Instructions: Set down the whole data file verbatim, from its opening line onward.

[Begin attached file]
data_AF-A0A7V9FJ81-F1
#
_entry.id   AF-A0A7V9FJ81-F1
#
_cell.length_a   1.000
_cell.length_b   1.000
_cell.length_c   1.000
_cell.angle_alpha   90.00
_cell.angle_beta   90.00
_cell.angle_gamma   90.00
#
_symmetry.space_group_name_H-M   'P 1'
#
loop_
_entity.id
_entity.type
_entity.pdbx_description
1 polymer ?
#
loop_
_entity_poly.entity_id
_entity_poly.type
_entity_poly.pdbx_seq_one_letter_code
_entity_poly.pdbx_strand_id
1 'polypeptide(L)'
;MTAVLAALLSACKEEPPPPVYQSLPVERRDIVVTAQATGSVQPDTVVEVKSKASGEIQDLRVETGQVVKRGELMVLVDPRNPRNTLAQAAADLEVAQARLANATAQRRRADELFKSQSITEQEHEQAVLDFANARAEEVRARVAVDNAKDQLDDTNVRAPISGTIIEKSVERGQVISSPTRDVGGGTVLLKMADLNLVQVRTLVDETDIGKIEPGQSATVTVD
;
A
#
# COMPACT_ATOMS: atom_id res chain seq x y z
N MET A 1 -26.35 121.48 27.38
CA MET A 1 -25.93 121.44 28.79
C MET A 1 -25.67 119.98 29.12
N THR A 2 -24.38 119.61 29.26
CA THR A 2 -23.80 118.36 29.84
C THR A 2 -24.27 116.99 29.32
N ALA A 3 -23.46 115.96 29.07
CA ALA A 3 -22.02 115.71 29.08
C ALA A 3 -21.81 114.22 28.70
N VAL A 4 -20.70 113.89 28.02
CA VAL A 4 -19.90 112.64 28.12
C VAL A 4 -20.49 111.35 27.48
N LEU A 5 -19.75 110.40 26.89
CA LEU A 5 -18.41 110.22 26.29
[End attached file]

data_AF-A0A7V9FJ81-F1
#
_entry.id   AF-A0A7V9FJ81-F1
#
_cell.length_a   1.000
_cell.length_b   1.000
_cell.length_c   1.000
_cell.angle_alpha   90.00
_cell.angle_beta   90.00
_cell.angle_gamma   90.00
#
_symmetry.space_group_name_H-M   'P 1'
#
loop_
_entity.id
_entity.type
_entity.pdbx_description
1 polymer ?
#
loop_
_entity_poly.entity_id
_entity_poly.type
_entity_poly.pdbx_seq_one_letter_code
_entity_poly.pdbx_strand_id
1 'polypeptide(L)'
;MTAVLAALLSACKEEPPPPVYQSLPVERRDIVVTAQATGSVQPDTVVEVKSKASGEIQDLRVETGQVVKRGELMVLVDPRNPRNTLAQAAADLEVAQARLANATAQRRRADELFKSQSITEQEHEQAVLDFANARAEEVRARVAVDNAKDQLDDTNVRAPISGTIIEKSVERGQVISSPTRDVGGGTVLLKMADLNLVQVRTLVDETDIGKIEPGQSATVTVD
;
A
#
# COMPACT_ATOMS: atom_id res chain seq x y z
N MET A 1 -26.35 121.48 27.38
CA MET A 1 -25.93 121.44 28.79
C MET A 1 -25.67 119.98 29.12
N THR A 2 -24.38 119.61 29.26
CA THR A 2 -23.80 118.36 29.84
C THR A 2 -24.27 116.99 29.32
N ALA A 3 -23.46 115.96 29.07
CA ALA A 3 -22.02 115.71 29.08
C ALA A 3 -21.81 114.22 28.70
N VAL A 4 -20.70 113.89 28.02
CA VAL A 4 -19.90 112.64 28.12
C VAL A 4 -20.49 111.35 27.48
N LEU A 5 -19.75 110.40 26.89
CA LEU A 5 -18.41 110.22 26.29